“Story” is a big idea right now.DSC_1274

It really is as if we are experiencing a renaissance when it comes to personal narratives.  There are so many people, myself included, concerned with helping people craft a narrative out of their lives.  Whole blogs and books and conferences dedicated to turning our ordinary lives into extraordinary stories.

We all want our lives to have a story, a narrative, a legacy.

We want our lives to have meaning and purpose.

We want to be remembered for something.

And what I’m discovering in Africa, amongst the ashes and the poverty is an absolute wealth of stories just waiting to be told.

Here’s the thing.  These stories can’t be told in the way we are used to as Americans.

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In our American culture, children are everything.IMG_4954

You can simply drop children into the conversation and suddenly it changes everything.  Every motive, every angle, every action revolves around kids.

“Is it good for the children,” we ask.

We have all kinds of laws and protections that surround our kids, because we love them so much.  We want the best for them.  We want them to grow up, to be safe, to be happy, to have big dreams.

But as I wander around Africa, I am realizing that these questions are not enough.

Because when we ask “Is it good for the children?” we of course mean our children.  We mean our own kids. We mean American children.  We mean the kids on our block or the kids in our church.

And plenty of children are lost in that question.

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All my life, I feel I’ve been taught how to think.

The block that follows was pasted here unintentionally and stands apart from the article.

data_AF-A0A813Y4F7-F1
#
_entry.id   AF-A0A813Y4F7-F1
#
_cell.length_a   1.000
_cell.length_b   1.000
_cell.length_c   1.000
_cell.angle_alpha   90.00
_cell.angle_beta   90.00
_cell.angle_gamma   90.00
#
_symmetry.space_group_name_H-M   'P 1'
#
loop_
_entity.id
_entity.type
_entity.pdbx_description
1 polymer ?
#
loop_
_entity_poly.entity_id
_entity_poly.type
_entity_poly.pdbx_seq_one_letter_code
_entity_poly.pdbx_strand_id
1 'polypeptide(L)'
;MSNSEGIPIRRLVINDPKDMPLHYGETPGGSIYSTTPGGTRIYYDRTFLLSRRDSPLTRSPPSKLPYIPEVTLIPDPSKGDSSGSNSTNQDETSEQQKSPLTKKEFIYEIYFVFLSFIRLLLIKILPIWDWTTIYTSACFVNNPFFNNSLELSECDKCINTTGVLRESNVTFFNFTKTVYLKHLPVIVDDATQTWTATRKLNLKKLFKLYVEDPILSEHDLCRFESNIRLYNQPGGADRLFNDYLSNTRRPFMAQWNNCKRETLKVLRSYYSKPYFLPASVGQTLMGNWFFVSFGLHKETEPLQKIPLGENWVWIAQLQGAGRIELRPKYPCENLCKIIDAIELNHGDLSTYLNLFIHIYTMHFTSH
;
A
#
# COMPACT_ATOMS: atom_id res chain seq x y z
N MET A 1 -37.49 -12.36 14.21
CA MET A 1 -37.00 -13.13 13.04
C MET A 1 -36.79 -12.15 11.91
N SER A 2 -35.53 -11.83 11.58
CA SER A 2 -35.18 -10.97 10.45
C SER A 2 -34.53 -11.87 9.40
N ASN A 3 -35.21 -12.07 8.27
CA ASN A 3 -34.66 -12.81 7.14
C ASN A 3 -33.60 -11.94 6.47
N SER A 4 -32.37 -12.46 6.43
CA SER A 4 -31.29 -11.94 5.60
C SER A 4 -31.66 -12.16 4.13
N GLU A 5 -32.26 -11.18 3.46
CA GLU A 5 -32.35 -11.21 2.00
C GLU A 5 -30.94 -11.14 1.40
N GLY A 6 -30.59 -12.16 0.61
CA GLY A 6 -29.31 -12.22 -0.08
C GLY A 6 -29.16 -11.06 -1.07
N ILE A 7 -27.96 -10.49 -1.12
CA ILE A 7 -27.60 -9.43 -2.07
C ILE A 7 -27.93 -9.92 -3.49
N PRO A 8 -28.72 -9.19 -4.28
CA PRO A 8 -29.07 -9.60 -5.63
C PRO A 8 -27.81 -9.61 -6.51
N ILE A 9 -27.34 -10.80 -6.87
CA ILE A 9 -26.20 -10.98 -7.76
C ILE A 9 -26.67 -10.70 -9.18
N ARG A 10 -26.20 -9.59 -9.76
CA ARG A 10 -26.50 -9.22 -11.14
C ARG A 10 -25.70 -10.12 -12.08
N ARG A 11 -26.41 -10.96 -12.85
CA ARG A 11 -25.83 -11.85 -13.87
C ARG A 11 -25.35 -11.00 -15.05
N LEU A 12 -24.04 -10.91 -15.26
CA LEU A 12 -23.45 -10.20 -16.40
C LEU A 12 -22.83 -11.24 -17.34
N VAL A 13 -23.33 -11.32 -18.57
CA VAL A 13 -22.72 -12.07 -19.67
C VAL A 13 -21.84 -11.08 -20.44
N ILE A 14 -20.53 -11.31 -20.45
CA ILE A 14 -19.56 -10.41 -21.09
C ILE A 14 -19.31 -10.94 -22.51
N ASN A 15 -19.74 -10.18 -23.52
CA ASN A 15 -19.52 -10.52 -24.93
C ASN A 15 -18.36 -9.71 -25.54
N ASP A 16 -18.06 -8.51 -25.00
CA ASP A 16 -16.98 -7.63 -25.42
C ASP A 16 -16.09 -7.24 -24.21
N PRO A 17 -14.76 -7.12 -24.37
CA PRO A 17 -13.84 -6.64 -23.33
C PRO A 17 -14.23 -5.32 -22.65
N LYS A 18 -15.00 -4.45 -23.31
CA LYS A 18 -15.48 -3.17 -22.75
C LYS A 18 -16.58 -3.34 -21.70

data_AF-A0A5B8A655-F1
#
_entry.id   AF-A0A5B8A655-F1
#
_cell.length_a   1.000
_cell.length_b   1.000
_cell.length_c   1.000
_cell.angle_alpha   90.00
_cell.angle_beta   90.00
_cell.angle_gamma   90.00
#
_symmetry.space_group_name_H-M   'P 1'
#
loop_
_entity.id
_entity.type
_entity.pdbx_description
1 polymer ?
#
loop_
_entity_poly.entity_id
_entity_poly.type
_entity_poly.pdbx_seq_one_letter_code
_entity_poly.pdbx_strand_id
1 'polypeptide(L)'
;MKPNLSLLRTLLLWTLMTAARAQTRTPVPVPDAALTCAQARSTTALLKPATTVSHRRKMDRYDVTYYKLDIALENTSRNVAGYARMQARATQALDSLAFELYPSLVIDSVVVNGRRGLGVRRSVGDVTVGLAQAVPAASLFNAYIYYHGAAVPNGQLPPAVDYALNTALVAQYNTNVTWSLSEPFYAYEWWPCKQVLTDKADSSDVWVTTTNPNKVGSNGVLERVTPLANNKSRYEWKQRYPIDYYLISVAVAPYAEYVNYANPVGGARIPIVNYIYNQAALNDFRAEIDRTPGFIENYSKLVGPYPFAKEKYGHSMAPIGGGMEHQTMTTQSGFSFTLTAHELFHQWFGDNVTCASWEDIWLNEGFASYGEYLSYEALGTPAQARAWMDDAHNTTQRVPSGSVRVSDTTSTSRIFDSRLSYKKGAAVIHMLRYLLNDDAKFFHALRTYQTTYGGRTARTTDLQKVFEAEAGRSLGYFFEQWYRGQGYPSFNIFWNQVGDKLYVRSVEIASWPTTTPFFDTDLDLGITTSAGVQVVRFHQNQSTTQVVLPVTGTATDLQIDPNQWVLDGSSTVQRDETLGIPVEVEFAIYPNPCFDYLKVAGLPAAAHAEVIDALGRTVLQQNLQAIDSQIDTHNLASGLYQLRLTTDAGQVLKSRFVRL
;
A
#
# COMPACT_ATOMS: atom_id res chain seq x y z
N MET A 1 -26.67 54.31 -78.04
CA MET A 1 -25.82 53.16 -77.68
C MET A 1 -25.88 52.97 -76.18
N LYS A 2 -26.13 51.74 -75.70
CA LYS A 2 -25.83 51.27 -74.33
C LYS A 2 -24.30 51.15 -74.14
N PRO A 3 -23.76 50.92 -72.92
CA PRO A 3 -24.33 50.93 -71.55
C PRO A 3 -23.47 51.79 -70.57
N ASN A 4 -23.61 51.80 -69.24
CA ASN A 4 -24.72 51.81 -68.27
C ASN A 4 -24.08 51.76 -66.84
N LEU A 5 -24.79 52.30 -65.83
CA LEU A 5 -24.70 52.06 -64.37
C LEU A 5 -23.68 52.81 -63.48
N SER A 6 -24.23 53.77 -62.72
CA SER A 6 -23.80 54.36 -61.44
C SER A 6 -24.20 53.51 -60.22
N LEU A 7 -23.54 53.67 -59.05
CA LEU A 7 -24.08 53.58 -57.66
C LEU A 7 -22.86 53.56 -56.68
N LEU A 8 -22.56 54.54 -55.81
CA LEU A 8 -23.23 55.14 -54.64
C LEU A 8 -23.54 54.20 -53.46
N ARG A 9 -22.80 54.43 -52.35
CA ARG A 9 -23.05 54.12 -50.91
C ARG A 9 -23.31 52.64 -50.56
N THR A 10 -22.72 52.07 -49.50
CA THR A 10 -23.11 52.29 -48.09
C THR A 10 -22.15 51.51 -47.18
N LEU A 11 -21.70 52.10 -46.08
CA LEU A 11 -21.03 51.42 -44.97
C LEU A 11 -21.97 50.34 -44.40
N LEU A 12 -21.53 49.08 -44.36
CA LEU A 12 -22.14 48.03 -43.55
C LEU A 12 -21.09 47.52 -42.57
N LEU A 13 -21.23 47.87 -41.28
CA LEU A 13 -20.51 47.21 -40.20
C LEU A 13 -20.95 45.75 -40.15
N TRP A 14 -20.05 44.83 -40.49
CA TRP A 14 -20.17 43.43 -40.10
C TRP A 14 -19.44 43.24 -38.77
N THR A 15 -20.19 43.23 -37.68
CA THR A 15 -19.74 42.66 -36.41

There is a right way to think, a logical way to think, an efficient or true or noble way to think.

And the thinking goes that emotion is the “enemy” of thought.  Emotions are not rational or logical.  They cloud our judgment, make us do crazy things, override our better instincts.  We marginalize people who are “too emotional.”  We are embarrassed by public displays of emotion, as if feelings were something which we should have evolved out of by now.

I’ve always been kind of a stoic, guarded my feelings a bit, held them tightly to my chest.  Sometimes, I don’t even know how to express my emotions.

My short time in Africa has been an outpouring of emotion, sometimes so large I do not know what to do with it.

These children live in the slums with half a million other people.  That girl's smile was incredible.

These children live in the slums with half a million other people. That girl’s smile was incredible.

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In America, we are a people of first world problems.  African Farm Boy

So many first world problems that we even have a hashtag to keep track of all of our #firstworldproblems.

And even though I know that first world problems are tongue in cheek, are not real problems, I so often live my life as if my first world problems are real life problems.  

Today, I’m heading over to Uganda, a land that does not know any first world problems.  Uganda is a place where people do not complain that their iPhones are broken or their bus was late.  Uganda is a land filled with real world problems.  Hunger is a real world problem.  Disease is a real world problem.  Prostitution, rape, addiction, abandonment, poverty, desperation are all real world problems.

But you know what? This trip is not about problems.

I’m not going to inundate you with sob stories. I’m not going to go to the other side of the world to parade people around like they are zoo animals in a commercial.

I’m not going on a guilt trip and I’m not going to send you on one.


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Who thinks much about ash?  The little gray particles floating out of our campfires.  The pile left in our fireplaces and barbecue grills.